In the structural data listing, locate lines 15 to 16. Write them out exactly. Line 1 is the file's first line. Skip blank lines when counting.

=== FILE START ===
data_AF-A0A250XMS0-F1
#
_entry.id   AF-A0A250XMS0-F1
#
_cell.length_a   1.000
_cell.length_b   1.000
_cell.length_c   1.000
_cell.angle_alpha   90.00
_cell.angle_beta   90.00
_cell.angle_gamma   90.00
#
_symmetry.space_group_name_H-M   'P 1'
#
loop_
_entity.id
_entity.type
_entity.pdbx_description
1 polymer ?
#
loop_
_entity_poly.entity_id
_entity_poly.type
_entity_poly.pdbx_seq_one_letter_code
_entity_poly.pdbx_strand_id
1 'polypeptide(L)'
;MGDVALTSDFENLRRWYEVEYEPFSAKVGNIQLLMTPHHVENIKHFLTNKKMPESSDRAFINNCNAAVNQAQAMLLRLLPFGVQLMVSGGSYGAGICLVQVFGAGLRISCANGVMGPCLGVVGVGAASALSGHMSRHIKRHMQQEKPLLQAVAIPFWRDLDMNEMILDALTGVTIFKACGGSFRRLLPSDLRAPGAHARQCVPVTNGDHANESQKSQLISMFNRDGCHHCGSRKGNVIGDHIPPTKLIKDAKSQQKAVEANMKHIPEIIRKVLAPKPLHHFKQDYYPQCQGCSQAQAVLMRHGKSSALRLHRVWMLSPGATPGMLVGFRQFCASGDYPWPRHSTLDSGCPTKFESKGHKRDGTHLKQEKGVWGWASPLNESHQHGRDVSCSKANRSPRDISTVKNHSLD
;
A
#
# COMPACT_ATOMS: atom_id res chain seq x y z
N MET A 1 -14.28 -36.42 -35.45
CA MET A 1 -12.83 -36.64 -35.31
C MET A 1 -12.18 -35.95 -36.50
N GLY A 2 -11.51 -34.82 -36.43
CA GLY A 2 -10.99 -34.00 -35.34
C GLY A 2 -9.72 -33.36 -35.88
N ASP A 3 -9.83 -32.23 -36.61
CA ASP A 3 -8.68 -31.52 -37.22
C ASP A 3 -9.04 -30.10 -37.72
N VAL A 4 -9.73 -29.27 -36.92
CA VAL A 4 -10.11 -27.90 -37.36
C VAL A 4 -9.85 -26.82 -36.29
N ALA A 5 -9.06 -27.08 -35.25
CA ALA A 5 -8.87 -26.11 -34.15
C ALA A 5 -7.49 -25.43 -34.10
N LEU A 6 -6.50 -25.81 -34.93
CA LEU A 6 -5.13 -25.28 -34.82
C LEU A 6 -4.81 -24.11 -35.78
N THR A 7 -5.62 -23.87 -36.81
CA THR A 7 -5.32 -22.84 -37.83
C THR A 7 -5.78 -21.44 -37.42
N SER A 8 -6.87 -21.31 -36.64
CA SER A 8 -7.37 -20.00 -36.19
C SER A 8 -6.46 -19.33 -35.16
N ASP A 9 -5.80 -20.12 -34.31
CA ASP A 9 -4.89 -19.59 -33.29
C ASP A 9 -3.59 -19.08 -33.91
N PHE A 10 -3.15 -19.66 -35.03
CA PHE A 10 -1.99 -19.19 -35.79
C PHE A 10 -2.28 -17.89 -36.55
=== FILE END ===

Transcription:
_entity.id
_entity.type